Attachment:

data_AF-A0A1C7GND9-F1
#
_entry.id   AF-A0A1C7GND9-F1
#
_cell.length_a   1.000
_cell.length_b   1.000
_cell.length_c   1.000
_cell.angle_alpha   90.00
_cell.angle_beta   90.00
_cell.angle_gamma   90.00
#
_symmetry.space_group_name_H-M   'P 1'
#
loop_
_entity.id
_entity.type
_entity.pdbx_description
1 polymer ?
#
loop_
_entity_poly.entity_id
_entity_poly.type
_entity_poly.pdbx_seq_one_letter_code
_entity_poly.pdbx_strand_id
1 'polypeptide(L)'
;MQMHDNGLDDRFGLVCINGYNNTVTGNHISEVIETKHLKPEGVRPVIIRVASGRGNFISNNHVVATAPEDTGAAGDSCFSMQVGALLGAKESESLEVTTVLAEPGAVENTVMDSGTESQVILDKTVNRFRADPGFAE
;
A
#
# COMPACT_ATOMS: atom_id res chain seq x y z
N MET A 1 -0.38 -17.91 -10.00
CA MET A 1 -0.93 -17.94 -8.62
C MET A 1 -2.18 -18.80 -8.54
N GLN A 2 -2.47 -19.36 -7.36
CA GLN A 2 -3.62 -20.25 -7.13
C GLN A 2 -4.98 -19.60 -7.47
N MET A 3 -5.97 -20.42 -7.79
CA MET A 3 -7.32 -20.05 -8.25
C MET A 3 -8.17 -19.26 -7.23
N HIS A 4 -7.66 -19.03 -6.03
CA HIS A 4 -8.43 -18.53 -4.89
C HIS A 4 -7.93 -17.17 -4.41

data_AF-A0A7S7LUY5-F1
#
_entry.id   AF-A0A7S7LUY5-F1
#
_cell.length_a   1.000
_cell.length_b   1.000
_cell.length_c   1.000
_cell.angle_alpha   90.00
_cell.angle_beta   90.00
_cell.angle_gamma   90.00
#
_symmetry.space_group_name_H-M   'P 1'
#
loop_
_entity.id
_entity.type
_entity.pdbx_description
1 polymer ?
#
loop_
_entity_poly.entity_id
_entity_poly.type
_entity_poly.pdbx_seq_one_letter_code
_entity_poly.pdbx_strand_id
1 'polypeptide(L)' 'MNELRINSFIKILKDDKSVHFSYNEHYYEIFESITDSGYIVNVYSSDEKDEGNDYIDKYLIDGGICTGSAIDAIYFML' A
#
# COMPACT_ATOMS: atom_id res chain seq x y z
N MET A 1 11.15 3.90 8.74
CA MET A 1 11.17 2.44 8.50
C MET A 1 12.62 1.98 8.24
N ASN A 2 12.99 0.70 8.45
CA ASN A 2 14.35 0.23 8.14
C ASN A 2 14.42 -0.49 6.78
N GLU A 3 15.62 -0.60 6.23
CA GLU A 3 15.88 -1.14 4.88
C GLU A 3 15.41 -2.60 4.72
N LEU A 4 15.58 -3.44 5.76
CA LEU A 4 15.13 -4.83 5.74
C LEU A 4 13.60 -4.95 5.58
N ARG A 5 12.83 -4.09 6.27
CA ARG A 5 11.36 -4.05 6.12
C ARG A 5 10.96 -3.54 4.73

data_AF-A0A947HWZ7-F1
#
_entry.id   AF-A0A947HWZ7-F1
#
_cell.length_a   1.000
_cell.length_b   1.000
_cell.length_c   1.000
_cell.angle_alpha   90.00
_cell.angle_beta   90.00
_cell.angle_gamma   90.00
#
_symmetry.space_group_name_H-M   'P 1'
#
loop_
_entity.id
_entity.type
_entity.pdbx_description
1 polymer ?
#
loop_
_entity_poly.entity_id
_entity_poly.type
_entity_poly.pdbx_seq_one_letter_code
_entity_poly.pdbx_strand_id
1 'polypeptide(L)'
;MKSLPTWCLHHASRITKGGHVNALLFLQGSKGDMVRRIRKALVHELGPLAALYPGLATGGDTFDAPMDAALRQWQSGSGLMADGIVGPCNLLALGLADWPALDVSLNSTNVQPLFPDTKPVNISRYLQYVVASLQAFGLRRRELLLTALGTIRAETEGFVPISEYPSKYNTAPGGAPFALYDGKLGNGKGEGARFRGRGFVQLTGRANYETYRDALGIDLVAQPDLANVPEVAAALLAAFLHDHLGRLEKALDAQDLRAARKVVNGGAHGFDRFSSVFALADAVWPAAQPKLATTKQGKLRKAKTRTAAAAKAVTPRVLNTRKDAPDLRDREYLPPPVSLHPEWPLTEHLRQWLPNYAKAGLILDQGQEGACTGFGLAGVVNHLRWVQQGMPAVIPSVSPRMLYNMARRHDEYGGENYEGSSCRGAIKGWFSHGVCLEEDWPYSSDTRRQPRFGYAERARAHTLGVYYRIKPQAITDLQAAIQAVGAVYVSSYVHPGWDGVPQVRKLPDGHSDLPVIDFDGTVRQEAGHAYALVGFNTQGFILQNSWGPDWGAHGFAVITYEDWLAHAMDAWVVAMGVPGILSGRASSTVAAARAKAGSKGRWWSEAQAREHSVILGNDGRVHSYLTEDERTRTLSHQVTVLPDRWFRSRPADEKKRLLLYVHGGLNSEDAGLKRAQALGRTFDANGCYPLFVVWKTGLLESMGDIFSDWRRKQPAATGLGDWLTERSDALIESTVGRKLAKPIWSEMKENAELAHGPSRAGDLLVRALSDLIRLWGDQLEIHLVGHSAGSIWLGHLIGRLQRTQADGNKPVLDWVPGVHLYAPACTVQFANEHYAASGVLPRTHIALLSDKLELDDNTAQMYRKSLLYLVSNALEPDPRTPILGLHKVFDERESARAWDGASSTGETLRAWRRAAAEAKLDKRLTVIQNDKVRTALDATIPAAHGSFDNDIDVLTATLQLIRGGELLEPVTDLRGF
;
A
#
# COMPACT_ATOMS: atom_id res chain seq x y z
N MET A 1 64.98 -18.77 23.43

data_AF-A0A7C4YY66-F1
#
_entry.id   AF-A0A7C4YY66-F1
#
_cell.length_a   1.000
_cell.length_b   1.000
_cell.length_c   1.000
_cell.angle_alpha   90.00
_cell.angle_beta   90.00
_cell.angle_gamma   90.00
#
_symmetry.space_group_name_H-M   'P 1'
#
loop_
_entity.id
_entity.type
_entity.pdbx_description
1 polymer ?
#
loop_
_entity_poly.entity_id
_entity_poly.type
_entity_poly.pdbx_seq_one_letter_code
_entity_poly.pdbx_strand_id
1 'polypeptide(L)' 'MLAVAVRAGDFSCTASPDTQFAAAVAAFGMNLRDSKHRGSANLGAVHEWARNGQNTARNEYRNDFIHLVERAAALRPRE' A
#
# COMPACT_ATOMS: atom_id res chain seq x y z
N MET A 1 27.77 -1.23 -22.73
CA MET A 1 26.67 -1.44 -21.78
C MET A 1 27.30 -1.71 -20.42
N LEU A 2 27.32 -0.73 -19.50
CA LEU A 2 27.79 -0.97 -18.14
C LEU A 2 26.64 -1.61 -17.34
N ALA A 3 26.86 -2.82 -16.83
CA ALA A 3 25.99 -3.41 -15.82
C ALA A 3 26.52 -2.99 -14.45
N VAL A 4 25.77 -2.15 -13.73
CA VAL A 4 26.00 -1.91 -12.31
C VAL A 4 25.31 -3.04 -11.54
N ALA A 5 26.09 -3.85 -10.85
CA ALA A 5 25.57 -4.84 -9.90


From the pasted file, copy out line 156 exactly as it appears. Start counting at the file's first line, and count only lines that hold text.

CA ALA A 5 25.57 -4.84 -9.90